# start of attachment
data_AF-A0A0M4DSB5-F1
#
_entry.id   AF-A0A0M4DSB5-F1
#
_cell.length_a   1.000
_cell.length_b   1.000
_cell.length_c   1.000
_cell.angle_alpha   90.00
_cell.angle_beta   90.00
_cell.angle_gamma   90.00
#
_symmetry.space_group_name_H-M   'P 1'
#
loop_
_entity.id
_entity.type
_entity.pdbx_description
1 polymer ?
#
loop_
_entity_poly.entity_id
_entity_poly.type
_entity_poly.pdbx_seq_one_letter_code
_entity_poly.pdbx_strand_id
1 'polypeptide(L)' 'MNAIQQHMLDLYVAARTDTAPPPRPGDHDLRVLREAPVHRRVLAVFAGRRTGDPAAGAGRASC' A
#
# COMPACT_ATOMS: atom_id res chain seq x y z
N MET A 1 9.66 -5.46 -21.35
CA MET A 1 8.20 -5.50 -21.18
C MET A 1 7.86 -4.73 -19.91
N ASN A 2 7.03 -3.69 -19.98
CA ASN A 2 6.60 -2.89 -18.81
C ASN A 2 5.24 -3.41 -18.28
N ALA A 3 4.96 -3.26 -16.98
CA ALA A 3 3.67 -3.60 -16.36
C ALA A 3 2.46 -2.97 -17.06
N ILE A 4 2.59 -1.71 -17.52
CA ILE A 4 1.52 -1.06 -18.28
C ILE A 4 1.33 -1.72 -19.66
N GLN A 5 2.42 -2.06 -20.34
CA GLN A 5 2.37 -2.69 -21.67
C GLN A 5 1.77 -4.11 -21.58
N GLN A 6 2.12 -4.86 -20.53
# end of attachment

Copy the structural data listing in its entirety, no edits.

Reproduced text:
data_AF-A0A0M4DSB5-F1
#
_entry.id   AF-A0A0M4DSB5-F1
#
_cell.length_a   1.000
_cell.length_b   1.000
_cell.length_c   1.000
_cell.angle_alpha   90.00
_cell.angle_beta   90.00
_cell.angle_gamma   90.00
#
_symmetry.space_group_name_H-M   'P 1'
#
loop_
_entity.id
_entity.type
_entity.pdbx_description
1 polymer ?
#
loop_
_entity_poly.entity_id
_entity_poly.type
_entity_poly.pdbx_seq_one_letter_code
_entity_poly.pdbx_strand_id
1 'polypeptide(L)' 'MNAIQQHMLDLYVAARTDTAPPPRPGDHDLRVLREAPVHRRVLAVFAGRRTGDPAAGAGRASC' A
#
# COMPACT_ATOMS: atom_id res chain seq x y z
N MET A 1 9.66 -5.46 -21.35
CA MET A 1 8.20 -5.50 -21.18
C MET A 1 7.86 -4.73 -19.91
N ASN A 2 7.03 -3.69 -19.98
CA ASN A 2 6.60 -2.89 -18.81
C ASN A 2 5.24 -3.41 -18.28
N ALA A 3 4.96 -3.26 -16.98
CA ALA A 3 3.67 -3.60 -16.36
C ALA A 3 2.46 -2.97 -17.06
N ILE A 4 2.59 -1.71 -17.52
CA ILE A 4 1.52 -1.06 -18.28
C ILE A 4 1.33 -1.72 -19.66
N GLN A 5 2.42 -2.06 -20.34
CA GLN A 5 2.37 -2.69 -21.67
C GLN A 5 1.77 -4.11 -21.58
N GLN A 6 2.12 -4.86 -20.53